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Dog Massage: Yes, It’s a Thing, and Here’s How to Give Your Dog One
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Before you scoff at the phrase “dog massage,” think about the fact that dogs age much faster than people do. By seven years old, most dogs are considered senior citizens. They encounter the same aches, pains and ailments we will when we hit retirement. You plan on turning down a massage at age 75? We didn’t think so. The dog massage industry is booming for a reason.

First of all, the benefits of massages for dogs are pretty much the same as they are for humans. According to The Right Spot Pet Massage, run by Katie Mehrtens, who received her national certification in canine massage from the National Board of Certification for Animal Acupressure and Massage (NBCAAM), massages alleviate stress, swelling and stiffness. They can also improve circulation and immune system functions. So, whether your pup is recovering from an injury, feeling age-related aches or experiencing anxiety issues, massage therapy can be super beneficial.

Plus, as Brandenburg Massage Therapy notes, waiting until a dog is injured to administer massage therapy is fine, but getting ahead of the game is better. Tense muscles and poor circulation (which deprives muscle groups of oxygen) limit a dog’s range of motion, which could theoretically lead to injury.

For dogs genetically predisposed to develop joint issues, like bulldogs and Great Danes, massage therapy can not only ease pain but help dogs get back to a more balanced way of moving. As stated on Brandenburg’s website, “Muscles are compensatory. If there is a problem…in the hips, the animal will adjust his weight forward to ease the strain behind.” So, if your Saint Bernard’s hip dysplasia makes using her hind quarters difficult, she’ll strain her front shoulders and legs to course-correct, resulting in even more pain overall.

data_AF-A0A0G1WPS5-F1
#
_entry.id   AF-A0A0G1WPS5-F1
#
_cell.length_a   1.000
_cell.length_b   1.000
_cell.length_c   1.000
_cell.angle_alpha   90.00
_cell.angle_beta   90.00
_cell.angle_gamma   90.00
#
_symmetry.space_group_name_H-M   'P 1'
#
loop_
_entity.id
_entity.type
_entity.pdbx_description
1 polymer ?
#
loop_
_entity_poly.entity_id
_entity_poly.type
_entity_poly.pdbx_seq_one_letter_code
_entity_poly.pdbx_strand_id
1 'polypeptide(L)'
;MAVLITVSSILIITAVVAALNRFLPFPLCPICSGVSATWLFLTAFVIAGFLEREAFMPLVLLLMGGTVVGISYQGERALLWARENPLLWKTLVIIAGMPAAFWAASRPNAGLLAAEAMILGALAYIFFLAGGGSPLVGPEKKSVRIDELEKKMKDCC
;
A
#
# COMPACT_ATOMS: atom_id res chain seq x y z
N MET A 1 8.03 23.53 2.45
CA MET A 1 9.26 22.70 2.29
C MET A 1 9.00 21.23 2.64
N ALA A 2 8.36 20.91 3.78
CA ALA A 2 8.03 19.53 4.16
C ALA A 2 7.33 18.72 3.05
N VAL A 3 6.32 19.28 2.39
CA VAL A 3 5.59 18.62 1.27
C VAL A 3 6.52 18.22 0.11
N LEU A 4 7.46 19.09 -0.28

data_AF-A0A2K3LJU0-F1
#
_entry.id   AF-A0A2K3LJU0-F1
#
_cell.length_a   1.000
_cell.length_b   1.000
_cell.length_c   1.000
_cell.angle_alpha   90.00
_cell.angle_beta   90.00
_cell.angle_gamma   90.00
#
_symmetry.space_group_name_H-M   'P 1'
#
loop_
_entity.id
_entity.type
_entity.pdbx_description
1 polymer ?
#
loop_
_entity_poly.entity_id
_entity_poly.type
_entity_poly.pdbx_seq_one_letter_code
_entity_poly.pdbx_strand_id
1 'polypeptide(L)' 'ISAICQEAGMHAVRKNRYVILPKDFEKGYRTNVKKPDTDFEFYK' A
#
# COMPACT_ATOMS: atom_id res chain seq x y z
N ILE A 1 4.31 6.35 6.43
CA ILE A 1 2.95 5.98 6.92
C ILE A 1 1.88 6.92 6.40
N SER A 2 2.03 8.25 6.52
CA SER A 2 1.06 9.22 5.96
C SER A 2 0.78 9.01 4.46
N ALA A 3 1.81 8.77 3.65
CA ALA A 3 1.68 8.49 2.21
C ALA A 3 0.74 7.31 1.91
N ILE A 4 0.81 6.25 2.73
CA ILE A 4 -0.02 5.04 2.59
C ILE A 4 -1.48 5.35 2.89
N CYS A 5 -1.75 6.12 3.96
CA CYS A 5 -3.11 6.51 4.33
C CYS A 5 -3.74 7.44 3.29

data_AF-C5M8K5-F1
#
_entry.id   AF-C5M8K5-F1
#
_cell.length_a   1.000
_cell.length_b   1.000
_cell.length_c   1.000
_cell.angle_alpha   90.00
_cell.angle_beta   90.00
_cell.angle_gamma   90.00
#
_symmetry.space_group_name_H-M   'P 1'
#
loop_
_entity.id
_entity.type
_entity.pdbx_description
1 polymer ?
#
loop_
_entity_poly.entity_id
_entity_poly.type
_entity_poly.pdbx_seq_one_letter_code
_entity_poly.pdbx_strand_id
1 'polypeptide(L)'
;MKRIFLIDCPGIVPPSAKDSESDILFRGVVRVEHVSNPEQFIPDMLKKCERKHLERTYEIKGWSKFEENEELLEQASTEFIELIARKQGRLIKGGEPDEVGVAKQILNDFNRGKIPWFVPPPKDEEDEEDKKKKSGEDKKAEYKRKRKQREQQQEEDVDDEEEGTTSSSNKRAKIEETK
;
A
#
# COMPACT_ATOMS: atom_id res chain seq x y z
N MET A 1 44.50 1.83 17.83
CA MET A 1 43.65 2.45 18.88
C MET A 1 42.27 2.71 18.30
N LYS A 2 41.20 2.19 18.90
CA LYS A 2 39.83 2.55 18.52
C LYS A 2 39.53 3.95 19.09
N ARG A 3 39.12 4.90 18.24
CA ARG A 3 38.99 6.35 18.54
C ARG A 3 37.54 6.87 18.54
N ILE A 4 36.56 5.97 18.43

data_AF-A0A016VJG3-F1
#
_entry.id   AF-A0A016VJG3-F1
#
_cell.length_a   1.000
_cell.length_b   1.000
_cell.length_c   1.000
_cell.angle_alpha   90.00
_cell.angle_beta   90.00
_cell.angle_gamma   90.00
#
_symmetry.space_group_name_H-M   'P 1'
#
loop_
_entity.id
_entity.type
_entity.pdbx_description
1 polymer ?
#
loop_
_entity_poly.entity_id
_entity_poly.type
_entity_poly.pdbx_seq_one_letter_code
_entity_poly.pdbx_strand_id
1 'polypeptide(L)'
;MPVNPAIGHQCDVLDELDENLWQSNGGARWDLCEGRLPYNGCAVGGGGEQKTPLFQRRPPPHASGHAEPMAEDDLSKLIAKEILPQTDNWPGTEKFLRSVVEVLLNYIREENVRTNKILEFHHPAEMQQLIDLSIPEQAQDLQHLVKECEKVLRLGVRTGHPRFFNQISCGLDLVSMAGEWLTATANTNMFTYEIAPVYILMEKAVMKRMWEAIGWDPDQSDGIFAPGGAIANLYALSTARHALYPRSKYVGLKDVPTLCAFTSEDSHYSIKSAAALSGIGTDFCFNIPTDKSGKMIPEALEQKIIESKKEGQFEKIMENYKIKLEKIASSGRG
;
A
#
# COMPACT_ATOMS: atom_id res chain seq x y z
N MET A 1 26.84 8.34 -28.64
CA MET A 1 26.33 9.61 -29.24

While the NBCAAM provides tests for canine massage therapists to become certified practitioners, there are many schools across the country that teach canine massage. Here are a few tips from the NBCAAM, the American Kennel Club and the dog whisperer himself, Cesar Millan, if you want to try your hand at home. Keep in mind: If you aren’t certified, it may be well worth your time to enroll in an owner-focused course to learn techniques specific to your dog’s condition.

1. Relax yourself first 

If you’re tense, your dog will pick up on your energy and become stressed, too. Remember to breathe deeply throughout the massage and avoid holding your breath. Again, dogs follow suit. Set a good example!

2. Set up a safe space

Set up a safe, comfortable area for the massage. Dogs, especially excitable ones, may need extra coaxing to chill out. Think about a soothing spa and replicate that—in dog terms. Grab her favorite bed or toy. Eliminate other distractions like open windows or food bowls.

3. Start by the ears

Using what’s called an effleurage stroke, gently stroke the dog’s head and shoulders with flat palms and in long, straight lines. This warms up muscles. It also feels like normal, familiar petting, putting dogs at ease.

4. Move down the back

Using circular motions and slightly more pressure, work your way onto the chest and down the back and hind legs. If you know your dog is sensitive about having her belly rubbed, don’t rub it. Also, be sure to avoid putting any direct pressure on bones, joints or the spine. This is all about the muscles, people!

5. Legs and paws

If she’s into having her legs massaged (not all dogs are), go for it and test a paw, too. Every dog has limits, so keep a sharp eye on her reactions and pull back if she ever wriggles out from under your hand.

Pro Tip: Focusing on the base of the tail and the back of the neck at first can help soothe your dog into deeper relaxation.

6. Rain check if necessary

If your dog immediately starts squirming or becomes anxious at any point, stop the process and wait for another time when she’s in a calmer mind-set. The same goes for pain—if she yelps out or appears to be physically uncomfortable, stop massaging right away.

7. Maintain contact

Throughout the massage, always keep at least one hand on the dog. This is both reassuring to her and indicative that the massage isn’t over yet (massages can last anywhere from ten minutes to 45 minutes, depending on what your dog needs and wants).

8. Try tools

Gaiam, the company known best for its yoga gear and apparel, makes puppy massage tools. Its PetWell line is full of items that make the massage process easier—and perhaps more rewarding for you and your pup.

9. Post-massage activities

Allow your dog to get up in her own time. She’ll probably need to drink some water and go outside for a bathroom break. A nap is not out of the question. Remember to reward her for a job well done!

Massaging your dog regularly serves two additional purposes: It’s a great bonding activity and helps you keep tabs on any changes on your dog’s body.

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